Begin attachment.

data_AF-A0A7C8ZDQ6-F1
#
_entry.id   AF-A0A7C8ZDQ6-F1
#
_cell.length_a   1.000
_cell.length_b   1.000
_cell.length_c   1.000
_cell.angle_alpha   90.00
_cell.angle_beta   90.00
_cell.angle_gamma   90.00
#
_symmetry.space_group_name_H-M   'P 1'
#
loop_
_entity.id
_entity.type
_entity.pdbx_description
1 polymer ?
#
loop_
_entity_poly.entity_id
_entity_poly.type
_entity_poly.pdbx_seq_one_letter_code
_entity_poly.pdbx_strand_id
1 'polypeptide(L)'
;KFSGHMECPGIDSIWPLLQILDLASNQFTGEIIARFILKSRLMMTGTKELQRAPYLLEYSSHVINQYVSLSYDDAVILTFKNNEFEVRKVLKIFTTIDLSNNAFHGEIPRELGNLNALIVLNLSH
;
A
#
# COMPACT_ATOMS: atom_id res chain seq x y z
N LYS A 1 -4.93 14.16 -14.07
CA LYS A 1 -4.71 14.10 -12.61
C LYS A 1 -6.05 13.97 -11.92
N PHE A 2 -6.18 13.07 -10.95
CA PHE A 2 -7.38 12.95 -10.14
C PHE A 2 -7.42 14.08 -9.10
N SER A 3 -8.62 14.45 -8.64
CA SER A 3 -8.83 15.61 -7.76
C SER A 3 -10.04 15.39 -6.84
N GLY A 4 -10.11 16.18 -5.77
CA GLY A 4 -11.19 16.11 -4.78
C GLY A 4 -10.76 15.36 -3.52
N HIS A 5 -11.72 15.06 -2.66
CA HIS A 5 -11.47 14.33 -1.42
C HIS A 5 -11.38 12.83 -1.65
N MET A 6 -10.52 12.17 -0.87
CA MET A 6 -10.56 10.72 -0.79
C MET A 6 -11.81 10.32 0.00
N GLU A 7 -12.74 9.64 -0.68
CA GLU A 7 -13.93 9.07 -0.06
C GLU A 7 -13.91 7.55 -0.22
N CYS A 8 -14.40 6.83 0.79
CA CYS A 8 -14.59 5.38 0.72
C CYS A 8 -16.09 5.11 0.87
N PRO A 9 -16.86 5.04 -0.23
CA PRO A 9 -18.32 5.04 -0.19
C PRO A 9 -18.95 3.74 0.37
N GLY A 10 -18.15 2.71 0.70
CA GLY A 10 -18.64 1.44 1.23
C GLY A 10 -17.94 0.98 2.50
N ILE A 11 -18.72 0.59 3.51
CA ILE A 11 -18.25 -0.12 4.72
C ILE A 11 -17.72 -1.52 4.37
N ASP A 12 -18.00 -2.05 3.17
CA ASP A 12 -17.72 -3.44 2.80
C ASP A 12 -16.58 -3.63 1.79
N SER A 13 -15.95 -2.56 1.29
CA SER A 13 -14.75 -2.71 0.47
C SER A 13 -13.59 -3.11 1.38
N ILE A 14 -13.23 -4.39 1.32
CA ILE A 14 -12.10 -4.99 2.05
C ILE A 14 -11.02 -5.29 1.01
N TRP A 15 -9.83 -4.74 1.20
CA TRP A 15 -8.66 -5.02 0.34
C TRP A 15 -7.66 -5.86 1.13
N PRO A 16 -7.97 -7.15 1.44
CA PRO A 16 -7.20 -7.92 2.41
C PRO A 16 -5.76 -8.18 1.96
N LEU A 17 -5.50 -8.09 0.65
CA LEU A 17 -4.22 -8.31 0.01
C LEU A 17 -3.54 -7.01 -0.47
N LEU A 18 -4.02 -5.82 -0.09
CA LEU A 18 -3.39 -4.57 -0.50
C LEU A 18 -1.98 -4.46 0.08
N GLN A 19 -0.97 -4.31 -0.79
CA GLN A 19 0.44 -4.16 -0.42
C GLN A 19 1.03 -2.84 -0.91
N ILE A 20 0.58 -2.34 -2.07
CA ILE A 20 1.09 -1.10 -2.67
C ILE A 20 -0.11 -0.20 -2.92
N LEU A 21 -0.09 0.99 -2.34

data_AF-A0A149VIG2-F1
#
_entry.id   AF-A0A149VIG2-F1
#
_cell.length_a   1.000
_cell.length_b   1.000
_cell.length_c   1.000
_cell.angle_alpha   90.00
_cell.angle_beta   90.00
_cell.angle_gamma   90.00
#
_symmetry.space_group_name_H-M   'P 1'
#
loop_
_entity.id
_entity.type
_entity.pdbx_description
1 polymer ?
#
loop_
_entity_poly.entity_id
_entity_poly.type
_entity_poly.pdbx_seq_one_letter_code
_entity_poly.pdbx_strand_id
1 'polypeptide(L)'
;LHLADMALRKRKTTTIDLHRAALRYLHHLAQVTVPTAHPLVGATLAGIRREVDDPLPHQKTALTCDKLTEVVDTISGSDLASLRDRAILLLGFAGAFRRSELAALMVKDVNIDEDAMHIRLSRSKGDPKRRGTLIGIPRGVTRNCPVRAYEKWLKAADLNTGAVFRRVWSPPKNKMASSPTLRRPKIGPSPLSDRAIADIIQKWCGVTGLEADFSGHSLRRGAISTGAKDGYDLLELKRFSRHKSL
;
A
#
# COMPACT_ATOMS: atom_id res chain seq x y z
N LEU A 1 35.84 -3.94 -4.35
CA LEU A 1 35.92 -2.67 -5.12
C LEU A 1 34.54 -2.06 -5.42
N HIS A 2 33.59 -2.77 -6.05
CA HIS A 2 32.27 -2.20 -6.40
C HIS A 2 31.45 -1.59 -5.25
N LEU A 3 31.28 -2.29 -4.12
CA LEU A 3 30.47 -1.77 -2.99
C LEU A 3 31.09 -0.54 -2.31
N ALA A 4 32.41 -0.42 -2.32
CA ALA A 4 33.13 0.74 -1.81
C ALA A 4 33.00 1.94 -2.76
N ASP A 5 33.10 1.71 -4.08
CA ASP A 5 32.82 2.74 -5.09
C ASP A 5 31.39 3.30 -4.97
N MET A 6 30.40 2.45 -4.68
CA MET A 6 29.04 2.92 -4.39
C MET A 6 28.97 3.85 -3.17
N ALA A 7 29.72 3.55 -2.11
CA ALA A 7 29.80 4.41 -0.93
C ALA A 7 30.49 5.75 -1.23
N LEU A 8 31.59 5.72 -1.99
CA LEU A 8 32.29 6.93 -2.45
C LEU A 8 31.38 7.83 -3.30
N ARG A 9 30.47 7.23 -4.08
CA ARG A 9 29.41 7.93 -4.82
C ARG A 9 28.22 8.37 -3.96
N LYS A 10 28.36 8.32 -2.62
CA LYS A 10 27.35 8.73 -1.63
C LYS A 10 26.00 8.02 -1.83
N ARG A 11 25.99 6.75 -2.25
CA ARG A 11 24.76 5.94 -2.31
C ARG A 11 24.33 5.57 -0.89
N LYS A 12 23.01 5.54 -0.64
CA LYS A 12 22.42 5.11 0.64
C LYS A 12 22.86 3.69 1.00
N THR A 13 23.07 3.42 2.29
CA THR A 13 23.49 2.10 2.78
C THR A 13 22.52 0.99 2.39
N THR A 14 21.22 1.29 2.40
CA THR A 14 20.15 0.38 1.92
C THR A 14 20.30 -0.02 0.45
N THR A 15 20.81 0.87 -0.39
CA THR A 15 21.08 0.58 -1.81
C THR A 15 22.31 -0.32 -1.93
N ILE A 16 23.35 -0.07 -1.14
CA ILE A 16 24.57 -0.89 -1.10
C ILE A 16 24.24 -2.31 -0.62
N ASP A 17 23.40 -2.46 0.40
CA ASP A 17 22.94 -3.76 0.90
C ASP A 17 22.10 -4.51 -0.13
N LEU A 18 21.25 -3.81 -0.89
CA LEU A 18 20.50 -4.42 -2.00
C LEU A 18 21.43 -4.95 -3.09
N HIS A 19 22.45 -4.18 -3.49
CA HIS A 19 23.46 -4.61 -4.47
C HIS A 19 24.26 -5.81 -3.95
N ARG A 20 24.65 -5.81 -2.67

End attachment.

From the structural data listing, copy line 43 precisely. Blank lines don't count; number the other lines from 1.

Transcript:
N HIS A 5 -11.72 15.06 -2.66